These are issues you want to root out before filing an application with the USPTO, and that is why a proper clearance search is necessary.
A layman’s Google search and/or search of the USPTO’s TESS database will not fully search all sources of potential conflict, including state trademark databases, social media, business registrations, and other hits.
A good trademark attorney will utilize a robust, professional search service which will scour all of these sources of information and more to determine whether or not your mark is truly “clear.”
The Hilla Law Firm, PLLC provides this service for our clients, parses hundreds of pages of search report results, and drafts a detailed Opinion Letter detailing the “problem hits,” explaining the problems with each, and ultimately providing a “low,” “medium,” or “high” risk assessment so that the client can decide whether to proceed with an application or not on an educated basis.
Draft and File Your Trademark Registration Application
Once you decide to proceed with your application after receiving your attorney’s Opinion, the next step is to draft and file with the USPTO your application for trademark registration.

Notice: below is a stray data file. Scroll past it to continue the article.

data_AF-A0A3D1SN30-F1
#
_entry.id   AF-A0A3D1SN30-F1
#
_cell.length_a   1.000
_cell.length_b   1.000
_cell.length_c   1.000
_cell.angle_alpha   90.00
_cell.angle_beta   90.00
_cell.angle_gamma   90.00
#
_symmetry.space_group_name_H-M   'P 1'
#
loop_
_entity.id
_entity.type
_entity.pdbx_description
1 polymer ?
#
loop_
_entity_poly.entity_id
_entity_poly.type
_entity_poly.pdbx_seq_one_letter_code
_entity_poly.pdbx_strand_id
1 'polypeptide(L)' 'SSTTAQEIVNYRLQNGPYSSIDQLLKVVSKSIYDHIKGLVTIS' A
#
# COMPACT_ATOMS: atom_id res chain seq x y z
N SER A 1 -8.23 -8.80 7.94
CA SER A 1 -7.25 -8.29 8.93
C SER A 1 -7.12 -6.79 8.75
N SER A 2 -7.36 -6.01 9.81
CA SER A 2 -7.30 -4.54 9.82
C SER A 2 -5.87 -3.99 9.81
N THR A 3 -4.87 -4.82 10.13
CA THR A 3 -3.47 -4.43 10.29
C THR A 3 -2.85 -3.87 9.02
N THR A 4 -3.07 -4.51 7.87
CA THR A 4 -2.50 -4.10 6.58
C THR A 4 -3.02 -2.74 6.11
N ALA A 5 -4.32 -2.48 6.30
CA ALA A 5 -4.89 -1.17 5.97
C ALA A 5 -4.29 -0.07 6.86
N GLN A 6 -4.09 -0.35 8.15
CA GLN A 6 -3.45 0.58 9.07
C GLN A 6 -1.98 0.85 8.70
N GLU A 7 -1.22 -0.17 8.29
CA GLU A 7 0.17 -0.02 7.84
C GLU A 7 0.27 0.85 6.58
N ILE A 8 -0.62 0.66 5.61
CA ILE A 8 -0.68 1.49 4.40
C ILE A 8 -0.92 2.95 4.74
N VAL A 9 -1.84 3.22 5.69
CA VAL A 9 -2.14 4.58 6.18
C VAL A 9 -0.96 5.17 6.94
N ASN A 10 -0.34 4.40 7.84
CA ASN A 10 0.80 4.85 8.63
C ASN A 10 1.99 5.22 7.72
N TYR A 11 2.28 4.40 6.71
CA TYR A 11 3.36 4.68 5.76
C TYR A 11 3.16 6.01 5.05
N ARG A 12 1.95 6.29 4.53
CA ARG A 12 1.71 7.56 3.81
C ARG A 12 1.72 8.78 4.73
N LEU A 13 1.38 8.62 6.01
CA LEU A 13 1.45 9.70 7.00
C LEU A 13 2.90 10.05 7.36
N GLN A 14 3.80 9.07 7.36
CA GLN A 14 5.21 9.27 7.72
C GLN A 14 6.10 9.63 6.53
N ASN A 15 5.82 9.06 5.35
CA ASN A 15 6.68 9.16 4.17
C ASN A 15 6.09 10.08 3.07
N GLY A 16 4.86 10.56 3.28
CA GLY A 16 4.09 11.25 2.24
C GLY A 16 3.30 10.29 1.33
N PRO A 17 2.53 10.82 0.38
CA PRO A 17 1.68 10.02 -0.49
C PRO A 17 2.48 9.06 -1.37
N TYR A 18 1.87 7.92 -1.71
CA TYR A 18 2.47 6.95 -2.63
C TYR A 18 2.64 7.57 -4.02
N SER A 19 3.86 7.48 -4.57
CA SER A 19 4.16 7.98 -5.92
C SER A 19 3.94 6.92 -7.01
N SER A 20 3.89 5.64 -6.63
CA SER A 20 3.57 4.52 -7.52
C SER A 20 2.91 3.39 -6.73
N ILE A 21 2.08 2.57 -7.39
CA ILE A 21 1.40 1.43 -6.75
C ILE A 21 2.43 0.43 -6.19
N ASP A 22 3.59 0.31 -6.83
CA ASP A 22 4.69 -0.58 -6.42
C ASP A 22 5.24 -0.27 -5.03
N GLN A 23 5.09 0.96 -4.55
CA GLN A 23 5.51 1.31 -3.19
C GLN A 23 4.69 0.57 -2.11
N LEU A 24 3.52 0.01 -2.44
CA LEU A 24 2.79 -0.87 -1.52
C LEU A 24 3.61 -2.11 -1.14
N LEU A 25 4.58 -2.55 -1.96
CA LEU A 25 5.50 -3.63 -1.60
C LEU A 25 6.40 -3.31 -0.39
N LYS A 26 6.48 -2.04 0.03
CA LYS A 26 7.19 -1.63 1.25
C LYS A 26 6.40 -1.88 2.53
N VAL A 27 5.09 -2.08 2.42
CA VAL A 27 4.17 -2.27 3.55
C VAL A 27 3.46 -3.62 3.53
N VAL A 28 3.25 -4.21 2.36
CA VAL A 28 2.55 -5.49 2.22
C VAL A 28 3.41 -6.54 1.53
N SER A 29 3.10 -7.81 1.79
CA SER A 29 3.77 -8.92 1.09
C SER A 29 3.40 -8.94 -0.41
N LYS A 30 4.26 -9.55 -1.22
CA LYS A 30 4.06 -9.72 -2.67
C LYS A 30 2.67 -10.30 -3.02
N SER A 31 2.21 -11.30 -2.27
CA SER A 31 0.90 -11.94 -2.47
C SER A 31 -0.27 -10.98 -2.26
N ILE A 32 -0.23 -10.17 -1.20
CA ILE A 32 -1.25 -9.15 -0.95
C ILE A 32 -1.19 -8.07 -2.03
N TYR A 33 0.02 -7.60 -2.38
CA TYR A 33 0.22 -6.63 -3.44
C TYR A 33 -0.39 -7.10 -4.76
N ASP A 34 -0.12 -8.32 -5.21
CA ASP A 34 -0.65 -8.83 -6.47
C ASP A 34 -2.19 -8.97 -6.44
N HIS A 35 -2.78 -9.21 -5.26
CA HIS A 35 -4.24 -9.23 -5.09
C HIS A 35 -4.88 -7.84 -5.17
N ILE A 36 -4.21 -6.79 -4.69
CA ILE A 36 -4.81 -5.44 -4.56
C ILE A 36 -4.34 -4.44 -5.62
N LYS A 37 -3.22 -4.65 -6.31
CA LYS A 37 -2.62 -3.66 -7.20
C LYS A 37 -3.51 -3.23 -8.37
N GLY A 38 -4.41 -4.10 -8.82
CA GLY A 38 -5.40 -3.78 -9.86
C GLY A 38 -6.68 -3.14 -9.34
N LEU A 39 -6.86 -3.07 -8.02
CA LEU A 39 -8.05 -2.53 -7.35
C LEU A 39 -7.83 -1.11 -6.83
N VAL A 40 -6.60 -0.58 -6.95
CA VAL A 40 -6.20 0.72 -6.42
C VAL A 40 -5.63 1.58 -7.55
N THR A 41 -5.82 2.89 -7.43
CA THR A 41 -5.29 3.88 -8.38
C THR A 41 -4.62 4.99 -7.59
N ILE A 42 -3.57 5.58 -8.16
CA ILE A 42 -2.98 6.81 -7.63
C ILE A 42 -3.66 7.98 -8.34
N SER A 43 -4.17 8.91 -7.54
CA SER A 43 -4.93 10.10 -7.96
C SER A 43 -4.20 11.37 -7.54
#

An application can be filed either as an “in-use” application or as an “intent-to-use” application, depending upon whether you are currently marketing your product or service in interstate commerce or are still in the planning stages.
Your attorney will help you decide which is better to file, the timing of the filing, and will discuss the requirements of the application, such as the need to include a “specimen” with an “in-use” application.
Your attorney will draft your application, provide it to you for your pre-filing review and signature, and then file it with your approval electronically with the USPTO.
Work Through Any Office Action Refusals with your Attorney
3 months after the application is filed, the USPTO will assign an attorney-examiner to review it. The examiner may approve the application and pass it through to the publication period (see below).
OR the examiner may issue 1 or more “refusals,” otherwise known as “office actions.”
Depending on the nature of the office action, it may be an easy application fix—or it may be something requiring a substantive response drafted by an attorney that will be very much like any other pleading filed in Federal Court.
Dealing with office actions, whether “administrative” or “substantive,” is not something you want to undertake without a trademark attorney working for you.